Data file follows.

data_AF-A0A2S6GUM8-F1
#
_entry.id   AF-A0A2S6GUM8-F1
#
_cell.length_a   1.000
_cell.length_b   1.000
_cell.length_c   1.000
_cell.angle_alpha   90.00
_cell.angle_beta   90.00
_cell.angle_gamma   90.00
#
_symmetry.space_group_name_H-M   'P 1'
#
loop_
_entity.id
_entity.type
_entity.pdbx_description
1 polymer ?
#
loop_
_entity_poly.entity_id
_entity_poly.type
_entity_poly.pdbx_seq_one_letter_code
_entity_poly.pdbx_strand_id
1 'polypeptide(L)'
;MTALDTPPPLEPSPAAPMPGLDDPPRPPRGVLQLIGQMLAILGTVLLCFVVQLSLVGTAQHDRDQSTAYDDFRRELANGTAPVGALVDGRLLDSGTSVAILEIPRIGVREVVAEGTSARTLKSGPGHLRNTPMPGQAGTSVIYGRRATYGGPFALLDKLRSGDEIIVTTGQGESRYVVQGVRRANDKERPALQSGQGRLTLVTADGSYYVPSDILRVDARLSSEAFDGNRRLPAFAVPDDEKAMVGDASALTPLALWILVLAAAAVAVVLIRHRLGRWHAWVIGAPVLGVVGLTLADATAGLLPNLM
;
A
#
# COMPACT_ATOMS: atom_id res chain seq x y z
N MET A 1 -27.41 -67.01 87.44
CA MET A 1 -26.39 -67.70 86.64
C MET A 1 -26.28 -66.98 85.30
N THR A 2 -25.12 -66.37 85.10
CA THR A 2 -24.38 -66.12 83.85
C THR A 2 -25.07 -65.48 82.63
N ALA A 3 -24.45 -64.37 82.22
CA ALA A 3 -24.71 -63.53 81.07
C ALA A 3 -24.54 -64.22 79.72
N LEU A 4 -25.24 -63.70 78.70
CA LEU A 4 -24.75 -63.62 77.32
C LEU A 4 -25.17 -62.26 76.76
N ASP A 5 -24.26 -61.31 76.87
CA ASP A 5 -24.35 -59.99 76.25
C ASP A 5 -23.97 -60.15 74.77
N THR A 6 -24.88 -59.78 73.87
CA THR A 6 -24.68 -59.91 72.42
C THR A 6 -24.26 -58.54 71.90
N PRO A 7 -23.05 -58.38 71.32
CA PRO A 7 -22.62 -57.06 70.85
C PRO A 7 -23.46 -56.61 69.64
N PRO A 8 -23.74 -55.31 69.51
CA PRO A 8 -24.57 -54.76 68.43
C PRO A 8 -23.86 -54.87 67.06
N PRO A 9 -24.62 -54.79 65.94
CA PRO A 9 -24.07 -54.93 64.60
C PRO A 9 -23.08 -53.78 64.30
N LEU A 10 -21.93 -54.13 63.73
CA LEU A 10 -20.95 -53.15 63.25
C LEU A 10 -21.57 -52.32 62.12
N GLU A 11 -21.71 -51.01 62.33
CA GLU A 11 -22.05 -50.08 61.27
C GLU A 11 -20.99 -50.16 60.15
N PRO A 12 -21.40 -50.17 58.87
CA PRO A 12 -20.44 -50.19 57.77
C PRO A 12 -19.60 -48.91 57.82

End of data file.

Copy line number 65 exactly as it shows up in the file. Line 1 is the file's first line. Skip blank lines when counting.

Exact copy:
CA PRO A 12 -20.44 -50.19 57.77